Remote Work and Hack Mitigation Show Need for IT Modernization Funding, Lawmaker Says

Rep. Ro Khanna

Rep. Ro Khanna House Television via AP

Rep. Ro Khanna detailed efforts to ensure agencies have resources for legally mandated updates.

Remote work remains a reality for many government employees as the pandemic persists, steadily underscoring the urgency of agencies’ needs for reliable, up-to-date digital technologies, according to Rep. Ro Khanna. 

“Federal [information technology] modernization is now more important than ever,” the California Democrat told Nextgov via email Monday. 

Khanna represents Silicon Valley and has pushed for government-centered, tech-driven improvements during his Congressional tenure. He shared a brief glimpse into the ongoing implementation of one piece of previously passed, agency IT-enhancing legislation—and a look into some relevant priorities on his agenda this year. 

“Digital signatures, electronic forms, and modernized websites are a crucial part” of the upgraded services and options necessary to meet many government entities’ modern needs, Khanna noted. As a member of the House Oversight and Reform Committee’s Government Operations Subcommittee, he said he intends to work with other policymakers “to ensure we are properly funding our agencies to fully digitize.” 

Moves to promote more digital improvements within agencies would come as the Congressman is also working to help carry out the 21st Century Integrated Digital Experience Act, which he introduced with a number of cosponsors in 2018. Passed at the end of that year, the law ultimately aims to boost the user-friendliness of .gov websites and help guarantee a more seamless and secure delivery of digital public services.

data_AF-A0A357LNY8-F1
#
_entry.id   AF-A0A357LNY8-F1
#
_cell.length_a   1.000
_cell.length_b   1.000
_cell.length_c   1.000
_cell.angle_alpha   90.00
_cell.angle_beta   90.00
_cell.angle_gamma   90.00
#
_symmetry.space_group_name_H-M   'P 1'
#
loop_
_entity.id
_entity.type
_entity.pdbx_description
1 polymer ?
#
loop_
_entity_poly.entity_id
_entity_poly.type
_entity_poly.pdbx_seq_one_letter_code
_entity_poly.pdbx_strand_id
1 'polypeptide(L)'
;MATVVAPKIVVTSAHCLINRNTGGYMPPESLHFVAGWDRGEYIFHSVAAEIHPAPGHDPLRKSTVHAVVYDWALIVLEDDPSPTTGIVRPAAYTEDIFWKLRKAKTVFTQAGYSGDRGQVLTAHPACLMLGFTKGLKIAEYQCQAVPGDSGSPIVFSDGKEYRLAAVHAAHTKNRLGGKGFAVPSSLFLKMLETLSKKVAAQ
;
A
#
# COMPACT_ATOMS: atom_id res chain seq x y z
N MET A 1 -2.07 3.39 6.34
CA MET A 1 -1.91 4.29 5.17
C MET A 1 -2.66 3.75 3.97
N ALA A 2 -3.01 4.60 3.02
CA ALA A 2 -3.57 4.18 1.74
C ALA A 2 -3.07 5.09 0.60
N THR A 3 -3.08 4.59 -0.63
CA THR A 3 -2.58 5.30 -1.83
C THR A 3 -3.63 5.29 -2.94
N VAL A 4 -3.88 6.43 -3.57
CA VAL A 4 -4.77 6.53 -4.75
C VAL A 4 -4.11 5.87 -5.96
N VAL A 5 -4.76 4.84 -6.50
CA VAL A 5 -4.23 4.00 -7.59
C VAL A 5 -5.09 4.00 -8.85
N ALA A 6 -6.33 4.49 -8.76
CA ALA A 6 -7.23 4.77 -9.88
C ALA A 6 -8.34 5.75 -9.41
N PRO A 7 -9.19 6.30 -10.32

Khanna said officials are still waiting on guidance from the Office of Management and Budget regarding fully implementing the law. He and other colleagues are also working with appropriators to ensure agencies have funding necessary to make the transformations proposed by the law. “Some funds have already been appropriated, and we are working to ensure agencies are well-funded to comply with this law,” Khanna noted. 

The lawmaker added that, during the Trump administration, his team had “a good level of involvement” with the White House Office of American Innovation in support of the bill’s requirements, calling it “a rare example of bipartisanship over the last four years.” 

“We know that the new administration is also committed strongly to federal IT modernization and look forward with the new folks to implement what we passed and work with them on new legislation,” he said. 

And the ongoing, massive breach to federal information systems is also among the issues facing agencies that Khanna is working to confront. He confirmed he’s planning to speak with the CEO of SolarWinds, who recently testified in a joint hearing involving the Oversight Committee. The network management firm’s software was compromised to install malicious code as part of updates across many systems, including those of multiple federal entities.

“We are still learning the extent of the damage and breach, but from everything we’ve seen, it’s extensive, and it’s concerning,” Khanna said. “We must fully investigate what happened, and fully equip our agencies with the necessary funding and technical know-how to repair the damage and beef up our cybersecurity to ensure this doesn’t happen in the future.”